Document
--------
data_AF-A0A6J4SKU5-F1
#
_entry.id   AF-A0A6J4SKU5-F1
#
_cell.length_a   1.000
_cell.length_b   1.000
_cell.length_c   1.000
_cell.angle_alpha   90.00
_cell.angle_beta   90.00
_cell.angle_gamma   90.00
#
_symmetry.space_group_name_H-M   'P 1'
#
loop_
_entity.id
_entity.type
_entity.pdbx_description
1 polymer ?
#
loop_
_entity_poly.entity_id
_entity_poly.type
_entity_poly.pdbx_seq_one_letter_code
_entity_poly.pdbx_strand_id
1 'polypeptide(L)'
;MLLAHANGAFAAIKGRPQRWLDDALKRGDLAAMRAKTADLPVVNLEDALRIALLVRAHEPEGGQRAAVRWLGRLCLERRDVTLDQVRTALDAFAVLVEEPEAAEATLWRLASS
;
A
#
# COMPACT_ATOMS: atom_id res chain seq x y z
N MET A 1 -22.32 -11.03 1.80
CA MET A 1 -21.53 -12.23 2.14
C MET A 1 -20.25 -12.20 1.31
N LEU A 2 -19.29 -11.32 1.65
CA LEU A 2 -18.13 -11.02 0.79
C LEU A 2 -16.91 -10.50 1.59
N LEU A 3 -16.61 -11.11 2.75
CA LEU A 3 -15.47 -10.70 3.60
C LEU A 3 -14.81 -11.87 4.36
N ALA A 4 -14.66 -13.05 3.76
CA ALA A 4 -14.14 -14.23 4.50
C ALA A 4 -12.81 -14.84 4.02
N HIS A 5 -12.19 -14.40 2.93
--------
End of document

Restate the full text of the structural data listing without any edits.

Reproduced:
data_AF-A0A6J4SKU5-F1
#
_entry.id   AF-A0A6J4SKU5-F1
#
_cell.length_a   1.000
_cell.length_b   1.000
_cell.length_c   1.000
_cell.angle_alpha   90.00
_cell.angle_beta   90.00
_cell.angle_gamma   90.00
#
_symmetry.space_group_name_H-M   'P 1'
#
loop_
_entity.id
_entity.type
_entity.pdbx_description
1 polymer ?
#
loop_
_entity_poly.entity_id
_entity_poly.type
_entity_poly.pdbx_seq_one_letter_code
_entity_poly.pdbx_strand_id
1 'polypeptide(L)'
;MLLAHANGAFAAIKGRPQRWLDDALKRGDLAAMRAKTADLPVVNLEDALRIALLVRAHEPEGGQRAAVRWLGRLCLERRDVTLDQVRTALDAFAVLVEEPEAAEATLWRLASS
;
A
#
# COMPACT_ATOMS: atom_id res chain seq x y z
N MET A 1 -22.32 -11.03 1.80
CA MET A 1 -21.53 -12.23 2.14
C MET A 1 -20.25 -12.20 1.31
N LEU A 2 -19.29 -11.32 1.65
CA LEU A 2 -18.13 -11.02 0.79
C LEU A 2 -16.91 -10.50 1.59
N LEU A 3 -16.61 -11.11 2.75
CA LEU A 3 -15.47 -10.70 3.60
C LEU A 3 -14.81 -11.87 4.36
N ALA A 4 -14.66 -13.05 3.76
CA ALA A 4 -14.14 -14.23 4.50
C ALA A 4 -12.81 -14.84 4.02
N HIS A 5 -12.19 -14.40 2.93